Prominent junta-appointed senator Wanchai Sornsiri insisted the power of the senate again when he said on Monday 13th February that majority of the senate may not support the opposition Pheu Thai Party PM candidate Paetongtarn “Ung Ing” Shinawatra after the general election even if the party wins most seats because she’s “immature” and could cause political rift.
“If [Ung Ing] becomes PM the country may not be peaceful even if they manage to get majority of MP seats. The senate may reject… and Pheu Thai may not be able to form a government.” Sornsiri said.
Kittisak Rattanawaraha, another prominent senator also said that Miss Paetongtarn has to adjust her looks to be more mature, because prime minister cannot be childish.
Thai Senate is stacked with members of the armed forces, bureaucrats, and those with close connection to the junta that ruled Thailand from 2014 to 2019. Gen. Prayut’s brother, Preecha Chan-o-cha, also serves as a Senator.
The current constitution gives the Senate and the MPs a role in co-electing a prime minister in parliament. After the previous 2019 general election, the 250-seat Senate overwhelmingly voted for Gen Prayuth to be prime minister.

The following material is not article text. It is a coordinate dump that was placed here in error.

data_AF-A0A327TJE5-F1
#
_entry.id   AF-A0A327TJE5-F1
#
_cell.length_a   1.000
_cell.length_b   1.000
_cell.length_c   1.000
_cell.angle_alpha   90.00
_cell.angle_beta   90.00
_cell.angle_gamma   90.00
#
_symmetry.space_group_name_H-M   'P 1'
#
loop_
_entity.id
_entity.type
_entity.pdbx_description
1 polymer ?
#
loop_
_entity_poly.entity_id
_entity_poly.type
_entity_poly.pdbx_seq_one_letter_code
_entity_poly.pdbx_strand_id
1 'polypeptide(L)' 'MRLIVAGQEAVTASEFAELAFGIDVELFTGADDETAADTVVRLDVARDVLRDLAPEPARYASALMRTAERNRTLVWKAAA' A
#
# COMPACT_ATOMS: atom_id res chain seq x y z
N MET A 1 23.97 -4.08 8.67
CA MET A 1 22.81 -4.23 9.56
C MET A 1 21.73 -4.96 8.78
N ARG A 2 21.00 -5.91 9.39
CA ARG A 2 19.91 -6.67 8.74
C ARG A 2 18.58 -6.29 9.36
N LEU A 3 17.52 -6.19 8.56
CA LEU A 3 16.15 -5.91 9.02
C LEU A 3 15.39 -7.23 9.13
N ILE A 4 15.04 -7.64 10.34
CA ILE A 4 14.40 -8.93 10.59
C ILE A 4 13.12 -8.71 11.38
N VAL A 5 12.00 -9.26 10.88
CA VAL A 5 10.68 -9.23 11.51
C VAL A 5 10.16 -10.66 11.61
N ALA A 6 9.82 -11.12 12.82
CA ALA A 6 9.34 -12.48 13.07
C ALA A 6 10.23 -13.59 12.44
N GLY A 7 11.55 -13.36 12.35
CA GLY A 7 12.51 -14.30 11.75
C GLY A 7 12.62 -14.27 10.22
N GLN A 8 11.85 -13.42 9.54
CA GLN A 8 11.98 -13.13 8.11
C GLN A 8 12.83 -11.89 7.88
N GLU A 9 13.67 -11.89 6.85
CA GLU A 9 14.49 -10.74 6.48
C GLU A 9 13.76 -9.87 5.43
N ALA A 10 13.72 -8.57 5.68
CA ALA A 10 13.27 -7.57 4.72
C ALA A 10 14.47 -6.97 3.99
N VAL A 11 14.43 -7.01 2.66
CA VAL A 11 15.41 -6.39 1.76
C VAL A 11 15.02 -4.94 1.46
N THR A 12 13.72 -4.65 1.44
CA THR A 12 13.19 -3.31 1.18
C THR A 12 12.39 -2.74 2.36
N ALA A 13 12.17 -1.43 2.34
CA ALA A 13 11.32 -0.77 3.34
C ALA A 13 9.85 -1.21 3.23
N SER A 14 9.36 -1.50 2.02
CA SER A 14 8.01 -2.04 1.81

Anti-government protest leaders said the Upper House, which effectively acts a rubber stamp for the government, is detrimental to the democratic principles and should be removed in the new charter.
Pheu Thai voted on August 27, 2020 that it will not touch the Senate, prompted criticism from the pro-democracy camp, who saw it as a sign that Pheu Thai is wavering in its opposition to the government.
“This charter has been designed to make any amendment very difficult. Rely on reasoning more than emotions. The situation requires us to move step by step. We are aware that those in powers have near absolute power and it would be difficult to have everything at the same time.” A spokesman for the Pheu Thai Party said in that time.